Tuesday, March 1, 2011 at 9:28PM
Reader Kelly asks about Lp (a) in the comments.
Dr. Harris, I'm just loving the last two posts and how you relate it to Stephan G.'s recent series.
Slightly off topic, can you (or others) elaborate on why zero Lp(a) is worse than low Lp(a)? I've seen Peter mention this too but cannot find details anywhere. (My Lp(a) was nondetectable when tested last year). Is it possible to raise or is it a gene that I carry and permanent? My doctor said I'll likely never have a heart attack because of it...
The first thing to understand is that Lp (a) is not something you can do much about, other than if its high you can reduce it a bit with increased saturated fat intake. (Yeah, I know about niacin...)
This is my cartoon version of Lp (a) and atherosclerosis/ coronary events:
Lp(a) is genetically determined in that some have the increased kringle repeats and some don't. Lp(a) seems to function as a repair molecule - including vascular repair, and may relate to infection control as well.
There are two reasons you could have high Lp (a) levels, and one that you could have zero.
1) You could have lots of vascular damage going on, and the high levels would reflect lots of repair activity being required. You are the United States, with lots of crappy asphalt highways that are falling apart, so Lp (a) is the repair crews, and seeing a lot of them reflects high levels of road repair. You have repair crews and as many of them as you can muster are out fixing things because the roads are crap.
2) You could be born with a very high level, and if there is not much vascular damage going on, the high levels just mean you have a lot of Lp(a) available. You are Germany, where the roads are well-engineered high quality concrete, and the high German taxes have funded plenty of DOT repair crews - all hanging around and waiting for something to fix, just in case.
3) You could be born with very little or undetectable Lp (a). As long as little vascular damage occurs you might not need much. As long as you have good roads and keep the overweight 18-wheelers off them, you might not need a lot of road repair crews. But having some Lp (a) or some road repair crews is going to be better than none, no matter how good condition your arteries or roads start out in.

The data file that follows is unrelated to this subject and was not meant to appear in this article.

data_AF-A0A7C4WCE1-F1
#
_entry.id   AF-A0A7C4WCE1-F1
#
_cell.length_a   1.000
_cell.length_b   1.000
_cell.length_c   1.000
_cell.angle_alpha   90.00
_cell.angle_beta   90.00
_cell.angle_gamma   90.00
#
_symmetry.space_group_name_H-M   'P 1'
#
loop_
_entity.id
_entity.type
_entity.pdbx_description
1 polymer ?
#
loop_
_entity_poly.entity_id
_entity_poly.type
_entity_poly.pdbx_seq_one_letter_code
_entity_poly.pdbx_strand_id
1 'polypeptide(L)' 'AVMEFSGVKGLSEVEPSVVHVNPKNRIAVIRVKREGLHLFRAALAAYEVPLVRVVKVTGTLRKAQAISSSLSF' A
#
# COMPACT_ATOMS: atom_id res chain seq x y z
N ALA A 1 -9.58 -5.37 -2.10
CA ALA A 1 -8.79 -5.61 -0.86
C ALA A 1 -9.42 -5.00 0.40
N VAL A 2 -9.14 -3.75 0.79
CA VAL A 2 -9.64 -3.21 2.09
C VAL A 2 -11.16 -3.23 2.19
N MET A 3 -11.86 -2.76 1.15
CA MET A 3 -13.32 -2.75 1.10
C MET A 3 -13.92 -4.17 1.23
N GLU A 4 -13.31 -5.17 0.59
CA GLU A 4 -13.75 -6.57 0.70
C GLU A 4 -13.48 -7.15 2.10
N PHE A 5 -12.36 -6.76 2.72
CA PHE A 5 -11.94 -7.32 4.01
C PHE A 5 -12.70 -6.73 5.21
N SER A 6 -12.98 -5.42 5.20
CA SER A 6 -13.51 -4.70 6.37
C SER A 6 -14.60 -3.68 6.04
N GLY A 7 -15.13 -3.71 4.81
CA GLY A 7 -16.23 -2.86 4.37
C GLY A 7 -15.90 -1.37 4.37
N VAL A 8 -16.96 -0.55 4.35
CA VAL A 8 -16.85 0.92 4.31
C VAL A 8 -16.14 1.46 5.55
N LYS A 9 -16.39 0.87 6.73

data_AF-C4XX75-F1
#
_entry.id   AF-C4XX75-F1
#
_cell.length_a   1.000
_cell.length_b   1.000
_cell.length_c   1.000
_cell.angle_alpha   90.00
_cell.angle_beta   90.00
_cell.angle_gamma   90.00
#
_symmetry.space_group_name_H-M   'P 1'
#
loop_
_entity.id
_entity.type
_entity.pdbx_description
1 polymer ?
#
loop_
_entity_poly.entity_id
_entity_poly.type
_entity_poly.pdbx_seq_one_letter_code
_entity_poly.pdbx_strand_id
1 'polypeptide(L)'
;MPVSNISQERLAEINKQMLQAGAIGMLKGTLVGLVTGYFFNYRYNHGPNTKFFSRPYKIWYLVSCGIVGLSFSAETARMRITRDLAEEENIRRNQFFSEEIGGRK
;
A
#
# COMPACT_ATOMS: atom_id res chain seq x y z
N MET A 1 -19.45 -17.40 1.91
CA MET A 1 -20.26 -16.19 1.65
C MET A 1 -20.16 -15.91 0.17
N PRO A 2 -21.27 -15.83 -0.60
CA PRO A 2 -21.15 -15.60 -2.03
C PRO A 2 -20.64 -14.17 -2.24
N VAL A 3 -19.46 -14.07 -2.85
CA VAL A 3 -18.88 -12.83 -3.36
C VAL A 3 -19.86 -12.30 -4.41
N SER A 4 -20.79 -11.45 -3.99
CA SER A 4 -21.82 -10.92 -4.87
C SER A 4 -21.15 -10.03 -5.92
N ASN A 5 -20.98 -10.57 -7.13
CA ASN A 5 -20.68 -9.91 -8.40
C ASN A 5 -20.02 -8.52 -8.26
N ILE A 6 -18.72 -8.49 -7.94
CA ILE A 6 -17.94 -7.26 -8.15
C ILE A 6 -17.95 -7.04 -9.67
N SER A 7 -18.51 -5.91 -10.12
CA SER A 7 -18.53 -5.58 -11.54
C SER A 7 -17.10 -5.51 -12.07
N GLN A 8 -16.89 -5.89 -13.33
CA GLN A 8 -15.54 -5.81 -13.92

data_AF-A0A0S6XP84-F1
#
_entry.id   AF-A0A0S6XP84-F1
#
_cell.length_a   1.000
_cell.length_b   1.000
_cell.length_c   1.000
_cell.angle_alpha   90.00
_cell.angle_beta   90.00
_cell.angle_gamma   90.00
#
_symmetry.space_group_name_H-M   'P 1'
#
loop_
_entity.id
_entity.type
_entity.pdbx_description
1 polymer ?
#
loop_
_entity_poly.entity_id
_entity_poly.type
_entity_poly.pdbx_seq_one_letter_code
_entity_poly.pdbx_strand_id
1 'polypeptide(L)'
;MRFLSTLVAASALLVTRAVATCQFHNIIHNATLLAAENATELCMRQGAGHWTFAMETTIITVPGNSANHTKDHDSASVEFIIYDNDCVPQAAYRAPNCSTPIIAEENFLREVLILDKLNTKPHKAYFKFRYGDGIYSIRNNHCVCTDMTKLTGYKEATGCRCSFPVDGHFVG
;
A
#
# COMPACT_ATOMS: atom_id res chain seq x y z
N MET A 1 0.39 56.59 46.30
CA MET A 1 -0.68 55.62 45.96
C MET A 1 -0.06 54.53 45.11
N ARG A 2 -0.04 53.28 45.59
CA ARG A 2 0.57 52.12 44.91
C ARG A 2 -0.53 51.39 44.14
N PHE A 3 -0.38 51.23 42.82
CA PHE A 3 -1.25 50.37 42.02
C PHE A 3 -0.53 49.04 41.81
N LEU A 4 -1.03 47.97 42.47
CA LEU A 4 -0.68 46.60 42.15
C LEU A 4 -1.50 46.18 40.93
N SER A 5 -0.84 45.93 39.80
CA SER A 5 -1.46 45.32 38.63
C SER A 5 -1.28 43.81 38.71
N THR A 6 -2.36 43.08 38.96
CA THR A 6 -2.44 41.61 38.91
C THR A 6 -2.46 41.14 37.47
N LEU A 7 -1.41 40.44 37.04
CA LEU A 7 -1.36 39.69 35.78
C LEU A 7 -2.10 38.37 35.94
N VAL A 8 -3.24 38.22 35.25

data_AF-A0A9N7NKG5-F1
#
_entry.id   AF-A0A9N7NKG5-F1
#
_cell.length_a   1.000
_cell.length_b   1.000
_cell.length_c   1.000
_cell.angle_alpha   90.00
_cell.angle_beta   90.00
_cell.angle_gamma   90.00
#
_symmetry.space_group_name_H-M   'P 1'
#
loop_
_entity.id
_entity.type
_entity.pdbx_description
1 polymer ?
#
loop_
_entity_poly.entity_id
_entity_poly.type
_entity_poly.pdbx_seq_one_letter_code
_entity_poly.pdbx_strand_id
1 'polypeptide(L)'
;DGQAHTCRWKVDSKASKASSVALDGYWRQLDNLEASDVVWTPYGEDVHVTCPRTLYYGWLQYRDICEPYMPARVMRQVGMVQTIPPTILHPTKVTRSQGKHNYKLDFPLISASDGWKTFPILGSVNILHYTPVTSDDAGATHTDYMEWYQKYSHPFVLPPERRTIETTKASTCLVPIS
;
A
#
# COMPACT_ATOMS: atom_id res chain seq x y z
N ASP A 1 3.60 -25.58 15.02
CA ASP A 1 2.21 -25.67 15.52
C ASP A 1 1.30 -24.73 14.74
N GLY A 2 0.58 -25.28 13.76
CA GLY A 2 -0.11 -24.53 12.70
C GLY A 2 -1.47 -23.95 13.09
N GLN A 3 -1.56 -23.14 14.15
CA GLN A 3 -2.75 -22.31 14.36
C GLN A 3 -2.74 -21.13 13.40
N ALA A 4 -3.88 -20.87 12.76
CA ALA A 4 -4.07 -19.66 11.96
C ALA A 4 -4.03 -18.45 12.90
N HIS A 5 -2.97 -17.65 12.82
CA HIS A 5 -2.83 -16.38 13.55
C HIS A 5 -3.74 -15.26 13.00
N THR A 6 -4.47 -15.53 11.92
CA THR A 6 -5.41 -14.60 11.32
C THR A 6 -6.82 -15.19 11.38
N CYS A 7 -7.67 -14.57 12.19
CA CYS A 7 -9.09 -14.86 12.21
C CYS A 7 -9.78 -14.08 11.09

This little cartoon and road metaphor for Lp (a) fits pretty well with what the epidemiologic data tell us and with the known genetics and putative actions of it in humans and hedgehogs. In humans, it's that j-curve again. On a population basis, the lowest mortality is in people with low but nonzero Lp (a), the highest is in those with very high levels, most of whom are doing a lot of vascular damage and repair, but not all!
If you have Lp (a) that is 0, you are in category 3. The evidence I have so far is that I am in category 2. I have Lp(a) of 85 but my calcium score at age 49 is 0, my CIMT is the same as a typical 30 year old and ancestors who don't smoke (and even some with up to 50 pack years or more) typically live to the 9th decade with no coronary events. It's worth mentioning that all my relatives eat the SAD and no one has ever been diagnosed with diabetes at any age, either.
Lp(a) is a good model for how something can be a statistical risk factor for coronary events, but be relatively meaningless when applied to single individual. Of course, in my model, it is not "causing" heart attacks or anything else.
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